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Ontario’s Deficit Reduction Strategy Mirrors Previous, Unsuccessful Attempts

Specifically, the 2019 budget forecasts spending growth averaging 1.0 percent annually whereas the 2011 McGuinty budget called for a spending growth rate of 1.4 percent.

This study analyzes the first budget of the new Progressive Conservative government in Ontario, tabled in early April 2019, to assess the extent to which it reflects either a fundamental shift in fiscal policy from the policies of the Ford government’s predecessors, or continuity with the fiscal policies of the McGuinty and Wynne governments.

Although the new budget does represent a policy change from the final years of the Wynne government, its fiscal policy approach is decidedly similar to that which prevailed under the McGuinty and Wynne governments in the period following the 2008/09 recession. Specifically, we compare Budget 2019 to the 2011 budget tabled by the government of Premier Dalton McGuinty and draw attention to key similarities.

Despite large budget deficits, both the 2011 and 2019 budgets called for continued nominal spending growth with the hope that faster revenue growth would lead to gradual deficit reduction over time. Specifically, the 2019 budget forecasts spending growth averaging 1.0 percent annually whereas the 2011 McGuinty budget called for a spending growth rate of 1.4 percent.

Given similar spending trajectories and revenue outlooks, the two budgets also forecasted similar rates of gradual deficit reduction and therefore a lengthy period of deficit spending. The 2011 budget called for annual deficit reduction of $1.78 billion. And in fact, due to stronger than expected revenue growth, the McGuinty government did slightly better than expected and reduced the annual deficit reduction by $2.38 billion annually over a five-year period.

By comparison, the Ford government’s budget calls for deficit reduction at a nearly identical rate of $2.41 billion per year. As a result of this slow rate of deficit reduction and the large baseline deficit, both governments’ fiscal plans called for slow, gradual returns to balance — seven years in the case of the 2011 budget and five years in the case of the 2019 budget.

Another point of similarity between the 2019 budget and those of the Ford government’s predecessors is its reliance on elevated tax rates to finance government activities. The 2019 budget retained the province’s general corporate income tax rate and its top marginal personal income tax rate, which it kept at 20.53 percent (including surtaxes). By following a similar gradualist approach to deficit reduction as Budget 2011, the Ford government may forgo an opportunity to increase Ontario’s eroding tax competitiveness.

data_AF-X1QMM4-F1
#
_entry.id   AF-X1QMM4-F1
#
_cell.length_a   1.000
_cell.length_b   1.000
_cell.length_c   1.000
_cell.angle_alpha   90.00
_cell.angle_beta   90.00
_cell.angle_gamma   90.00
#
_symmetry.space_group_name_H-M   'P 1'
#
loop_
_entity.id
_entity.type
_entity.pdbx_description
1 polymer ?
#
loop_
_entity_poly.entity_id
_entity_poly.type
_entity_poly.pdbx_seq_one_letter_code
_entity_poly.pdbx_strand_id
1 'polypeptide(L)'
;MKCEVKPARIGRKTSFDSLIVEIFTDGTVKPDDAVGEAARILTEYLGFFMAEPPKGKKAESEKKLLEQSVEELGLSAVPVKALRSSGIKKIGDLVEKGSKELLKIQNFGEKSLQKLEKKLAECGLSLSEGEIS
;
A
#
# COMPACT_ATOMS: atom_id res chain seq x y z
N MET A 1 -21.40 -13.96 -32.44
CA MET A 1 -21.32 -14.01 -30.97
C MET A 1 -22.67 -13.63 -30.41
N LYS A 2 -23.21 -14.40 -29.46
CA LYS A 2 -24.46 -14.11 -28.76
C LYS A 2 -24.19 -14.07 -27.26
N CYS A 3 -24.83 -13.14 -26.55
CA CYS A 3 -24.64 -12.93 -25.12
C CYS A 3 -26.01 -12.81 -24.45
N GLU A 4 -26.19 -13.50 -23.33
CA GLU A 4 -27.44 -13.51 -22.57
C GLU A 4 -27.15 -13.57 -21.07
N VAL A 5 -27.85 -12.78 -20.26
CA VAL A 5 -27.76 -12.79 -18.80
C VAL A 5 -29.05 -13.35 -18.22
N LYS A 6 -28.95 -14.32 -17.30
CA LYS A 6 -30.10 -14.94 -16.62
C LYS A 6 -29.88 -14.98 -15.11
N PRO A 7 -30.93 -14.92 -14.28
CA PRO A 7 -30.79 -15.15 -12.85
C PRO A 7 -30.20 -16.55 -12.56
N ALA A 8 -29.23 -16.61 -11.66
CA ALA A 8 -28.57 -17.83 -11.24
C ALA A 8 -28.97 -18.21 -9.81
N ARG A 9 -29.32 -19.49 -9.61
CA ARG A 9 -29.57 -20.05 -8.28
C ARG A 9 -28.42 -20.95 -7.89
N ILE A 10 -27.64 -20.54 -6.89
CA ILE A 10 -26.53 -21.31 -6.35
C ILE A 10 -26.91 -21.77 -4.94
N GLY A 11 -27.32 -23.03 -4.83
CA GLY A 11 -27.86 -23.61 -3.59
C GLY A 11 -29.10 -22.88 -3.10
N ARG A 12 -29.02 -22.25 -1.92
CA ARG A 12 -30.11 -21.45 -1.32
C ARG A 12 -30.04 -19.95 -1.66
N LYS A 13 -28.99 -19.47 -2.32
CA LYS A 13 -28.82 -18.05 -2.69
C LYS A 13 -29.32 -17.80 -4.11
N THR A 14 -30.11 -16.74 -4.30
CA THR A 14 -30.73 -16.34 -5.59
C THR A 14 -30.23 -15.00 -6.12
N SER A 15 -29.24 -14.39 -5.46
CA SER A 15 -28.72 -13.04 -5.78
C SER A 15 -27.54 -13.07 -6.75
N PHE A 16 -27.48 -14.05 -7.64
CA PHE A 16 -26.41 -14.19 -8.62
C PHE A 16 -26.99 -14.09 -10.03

Were it to eliminate the “temporary deficit-fighting high-income tax bracket” and follow through on a long-standing Liberal promise to reduce the general corporate income tax rate to 10 percent, those steps would help make Ontario a more attractive place for workers and investment, and would come at a minor cost: two percent of government revenue if we assume no “behavioural effects.” In other words, it assumes that the improved incentives to invest created by lower tax rates would not cause any additional economic activity. In the likely event that rate changes did lead to some additional economic activity, the budgetary impact of the rate reductions would be less than we estimated.

One important difference between the two budges is that Budget 2019 projects less debt accumulation than the post-recession McGuinty and Wynn budgets, largely due to lower infrastructure spending. While Budget 2011 called for a 4.9 percentage point increase in the debt-to-GDP ratio over a three-year period, Budget 2019 plans to reduce the debt-to-GDP ratio by 1.6 percentage points by 2023/24.

However, these reductions in capital spending are back-loaded, and might conflict with other initiatives, including the potential uploading of some assets and responsibilities of the Toronto Transit Commission and new subway extensions. While lower capital spending might help reduce the debt-to-GDP ratio, it is not yet clear whether that will projection come to pass.

Canadian history is replete with examples of changes in government leading to substantial changes in fiscal policy direction.

This analysis of the new Progressive Conservative government’s first budget, however, suggests that this has not yet been the case in Ontario. Indeed, when it comes to the province’s spending trajectory, approach to deficit reduction, and personal and corporate income tax policy, the new government has embraced strategies similar to those of its predecessors.

 

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